# Tag Info

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The facts: No antigravity has been observed ... and no DE has been observed also. It was discovered (measured) in 1998 an acceleration in the expansion of space. The mass (M) is the source of gravity (G). Every force has a source of it, charges, masses,... . The source of antigravity (AG) is ??????????? (SoAG). In the absence of apparent source of AG we ...

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Imagine you have a star sized ball of gas that is in equilibrium i.e. the pressure of the gas exactly balances the inwards gravitational force. Now imagine compressing the gas. This has two effects: The first effect is the obvious one that compressing the gas increases the pressure, so the result is an outward force and if we stop compressing the gas we ...

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You should distinguish two things: the pressure itself, and the gravitation that it creates. First of all, why does it create some gravitation? Because energy does. It is not the mass of the Earth that pulls us down - it is the energy of that mass, $E=mc^2$, that makes us heavy and not flying but walking. And the energy does that indirectly. First, it ...

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Here is an excellent (blog) summary of the results. The most relevant figure being: Here is the full index of the Planck release papers. The 'cosmological parameters' paper is the most relevant.

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There is a similar plot on page 41 (fig 25) of Planck 2013 results. XVI. Cosmological parameters, although it doesn't display supernova data.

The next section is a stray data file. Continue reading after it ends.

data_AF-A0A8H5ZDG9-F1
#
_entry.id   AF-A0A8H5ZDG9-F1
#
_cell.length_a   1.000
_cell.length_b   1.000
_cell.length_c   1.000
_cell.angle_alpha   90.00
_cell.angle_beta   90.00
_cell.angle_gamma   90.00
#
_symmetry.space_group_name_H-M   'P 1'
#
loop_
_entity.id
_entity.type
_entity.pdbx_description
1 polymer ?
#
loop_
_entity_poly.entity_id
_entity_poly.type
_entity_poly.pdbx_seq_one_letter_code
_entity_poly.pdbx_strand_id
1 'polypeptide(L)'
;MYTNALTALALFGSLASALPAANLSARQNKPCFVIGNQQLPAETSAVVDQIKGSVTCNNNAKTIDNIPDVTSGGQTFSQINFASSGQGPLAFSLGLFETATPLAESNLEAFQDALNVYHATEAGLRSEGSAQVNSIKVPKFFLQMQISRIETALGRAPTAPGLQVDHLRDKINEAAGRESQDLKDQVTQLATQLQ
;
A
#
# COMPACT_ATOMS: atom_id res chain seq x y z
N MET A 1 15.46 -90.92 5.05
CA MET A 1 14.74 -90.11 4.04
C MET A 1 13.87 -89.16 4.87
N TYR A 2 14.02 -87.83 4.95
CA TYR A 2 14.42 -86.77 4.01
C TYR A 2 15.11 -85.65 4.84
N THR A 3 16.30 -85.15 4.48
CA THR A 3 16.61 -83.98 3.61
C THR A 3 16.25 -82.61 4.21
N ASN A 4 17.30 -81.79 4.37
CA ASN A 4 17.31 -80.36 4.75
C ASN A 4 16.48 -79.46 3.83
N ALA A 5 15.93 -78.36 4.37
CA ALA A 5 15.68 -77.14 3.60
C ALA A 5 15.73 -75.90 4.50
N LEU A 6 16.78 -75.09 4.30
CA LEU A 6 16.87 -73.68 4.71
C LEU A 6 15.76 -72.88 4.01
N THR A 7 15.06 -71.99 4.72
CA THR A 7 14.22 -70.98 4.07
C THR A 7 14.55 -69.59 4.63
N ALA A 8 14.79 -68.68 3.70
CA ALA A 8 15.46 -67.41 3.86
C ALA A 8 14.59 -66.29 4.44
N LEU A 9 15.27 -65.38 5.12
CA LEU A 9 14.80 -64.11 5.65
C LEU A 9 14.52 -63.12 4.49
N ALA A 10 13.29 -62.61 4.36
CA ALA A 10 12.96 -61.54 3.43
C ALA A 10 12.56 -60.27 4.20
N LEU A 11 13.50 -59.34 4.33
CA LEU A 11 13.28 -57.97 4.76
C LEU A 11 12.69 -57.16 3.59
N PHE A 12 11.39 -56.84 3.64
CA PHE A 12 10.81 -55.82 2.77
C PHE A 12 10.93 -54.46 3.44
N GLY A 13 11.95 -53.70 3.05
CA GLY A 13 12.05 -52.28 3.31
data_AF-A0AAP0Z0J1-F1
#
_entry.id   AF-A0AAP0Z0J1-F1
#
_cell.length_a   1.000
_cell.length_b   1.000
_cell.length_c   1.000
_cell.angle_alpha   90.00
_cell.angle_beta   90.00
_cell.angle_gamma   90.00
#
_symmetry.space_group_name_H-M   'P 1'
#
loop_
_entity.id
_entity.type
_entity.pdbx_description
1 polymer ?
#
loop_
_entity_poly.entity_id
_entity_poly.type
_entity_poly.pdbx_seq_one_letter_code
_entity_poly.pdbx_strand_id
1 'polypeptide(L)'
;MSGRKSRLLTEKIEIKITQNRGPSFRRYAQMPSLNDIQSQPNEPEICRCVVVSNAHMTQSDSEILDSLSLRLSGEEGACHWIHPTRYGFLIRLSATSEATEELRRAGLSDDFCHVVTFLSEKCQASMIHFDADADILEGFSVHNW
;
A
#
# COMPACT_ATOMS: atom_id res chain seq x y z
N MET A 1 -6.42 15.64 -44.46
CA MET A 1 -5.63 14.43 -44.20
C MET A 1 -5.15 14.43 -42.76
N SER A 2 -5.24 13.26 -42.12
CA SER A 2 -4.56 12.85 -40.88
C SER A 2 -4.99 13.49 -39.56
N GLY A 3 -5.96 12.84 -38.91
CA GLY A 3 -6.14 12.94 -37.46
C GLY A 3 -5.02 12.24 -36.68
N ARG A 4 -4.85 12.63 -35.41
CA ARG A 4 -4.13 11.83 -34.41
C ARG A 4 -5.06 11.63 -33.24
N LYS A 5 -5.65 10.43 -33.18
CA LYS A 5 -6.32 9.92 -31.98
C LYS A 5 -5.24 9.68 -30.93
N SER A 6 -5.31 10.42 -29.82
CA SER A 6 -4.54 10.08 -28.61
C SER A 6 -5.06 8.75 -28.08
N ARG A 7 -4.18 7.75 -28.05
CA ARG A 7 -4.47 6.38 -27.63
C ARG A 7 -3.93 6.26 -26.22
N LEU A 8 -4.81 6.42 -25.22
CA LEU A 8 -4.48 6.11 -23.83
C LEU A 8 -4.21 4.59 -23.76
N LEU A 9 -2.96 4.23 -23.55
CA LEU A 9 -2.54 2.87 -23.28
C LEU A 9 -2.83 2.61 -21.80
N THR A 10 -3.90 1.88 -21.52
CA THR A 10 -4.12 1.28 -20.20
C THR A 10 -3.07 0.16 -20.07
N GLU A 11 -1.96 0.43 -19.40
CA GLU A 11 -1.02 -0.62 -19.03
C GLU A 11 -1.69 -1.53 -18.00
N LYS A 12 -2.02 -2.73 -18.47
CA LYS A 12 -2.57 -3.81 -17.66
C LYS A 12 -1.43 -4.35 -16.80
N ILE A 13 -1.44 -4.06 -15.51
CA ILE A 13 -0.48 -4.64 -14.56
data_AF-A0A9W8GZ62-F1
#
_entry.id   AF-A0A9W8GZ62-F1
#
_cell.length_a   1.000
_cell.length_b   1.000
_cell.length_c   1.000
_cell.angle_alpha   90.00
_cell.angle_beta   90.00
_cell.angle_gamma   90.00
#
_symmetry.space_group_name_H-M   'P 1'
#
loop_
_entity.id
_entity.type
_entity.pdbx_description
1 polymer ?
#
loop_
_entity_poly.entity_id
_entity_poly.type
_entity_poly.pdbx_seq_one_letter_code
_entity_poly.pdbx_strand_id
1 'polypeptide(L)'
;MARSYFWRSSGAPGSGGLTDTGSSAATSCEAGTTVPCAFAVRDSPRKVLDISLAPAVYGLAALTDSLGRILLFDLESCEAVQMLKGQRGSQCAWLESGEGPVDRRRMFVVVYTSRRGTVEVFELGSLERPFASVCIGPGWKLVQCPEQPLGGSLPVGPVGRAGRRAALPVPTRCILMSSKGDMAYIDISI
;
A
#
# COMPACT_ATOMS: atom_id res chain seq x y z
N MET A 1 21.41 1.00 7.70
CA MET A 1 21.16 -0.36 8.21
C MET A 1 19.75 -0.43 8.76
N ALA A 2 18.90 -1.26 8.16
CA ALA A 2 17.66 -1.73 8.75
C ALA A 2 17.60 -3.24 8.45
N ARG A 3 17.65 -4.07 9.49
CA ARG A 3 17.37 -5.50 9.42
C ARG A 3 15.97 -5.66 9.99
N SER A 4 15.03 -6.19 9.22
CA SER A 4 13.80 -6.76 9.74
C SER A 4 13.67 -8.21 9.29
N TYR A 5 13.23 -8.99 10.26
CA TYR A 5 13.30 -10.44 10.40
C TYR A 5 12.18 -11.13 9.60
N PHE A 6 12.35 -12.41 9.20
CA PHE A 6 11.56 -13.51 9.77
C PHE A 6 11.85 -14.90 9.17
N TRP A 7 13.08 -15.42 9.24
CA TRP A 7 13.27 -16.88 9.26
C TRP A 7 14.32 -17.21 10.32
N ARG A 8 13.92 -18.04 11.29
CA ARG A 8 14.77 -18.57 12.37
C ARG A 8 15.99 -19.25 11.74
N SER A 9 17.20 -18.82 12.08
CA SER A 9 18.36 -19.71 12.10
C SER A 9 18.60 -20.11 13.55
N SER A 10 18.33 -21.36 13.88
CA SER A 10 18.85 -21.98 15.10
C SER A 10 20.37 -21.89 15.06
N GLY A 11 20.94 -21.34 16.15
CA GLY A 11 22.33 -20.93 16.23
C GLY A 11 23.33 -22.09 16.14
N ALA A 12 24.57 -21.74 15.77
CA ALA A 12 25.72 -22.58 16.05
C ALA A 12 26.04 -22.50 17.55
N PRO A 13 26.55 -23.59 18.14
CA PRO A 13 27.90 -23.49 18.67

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How do we know the universe is expanding and the speed of light isn't slowing instead (thanks to innisfree for the idea of where to look.) From wikipedia By the 1990s and on into the twenty-first century, a number of falsifying observations have shown that "tired light" hypotheses are not viable explanations for cosmological redshifts.[2] For ...

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It is important to remember that very early ($10^{-10}$ seconds) on in the universe history there was no distinction between dark matter and normal matter as it is expected that all the forces were unified and there would be no difference between dark matter particles and normal matter particles since there were "no particles" in the classic sense. Recall ...

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This question doesn't have a "correct" answer yet because we simply don't know what dark matter is. That aside, assuming dark matter consists of particles (WIMPS for example), the LHC hasn't turned up any sign of dark matter production yet. Since the number and "size" locations in the Universe that are able to reach LHC energies are very limited compared ...

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The expansion of the universe is (approximately) described by the FLRW metric. The Wikipedia article I've linked gives lots of gory details, but the key result we need is the dependance on the acceleration on the density and pressure: $$\frac{\ddot{a}}{a} = -\frac{4\pi G}{3}\left( \rho + \frac{3p}{c^2} \right) + \frac{\Delta c^2}{3}$$ If there is no dark ...

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I guess that you are imagining an expansive force accelerating the Universe versus gravity pulling the Universe together, and that if somehow gravity were weaker, the expansive force would win. That is not the correct picture. In popular models, the accelerating Universe is caused by gravity, because of a vacuum energy with negative pressure (see dark ...

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I think the term acceleration implies a change in direction of the net forces acting on galaxies on the large scale. Gravity (regardless of magnitude) acts to collect the galaxies, while the acceleration acts in the opposite direction.

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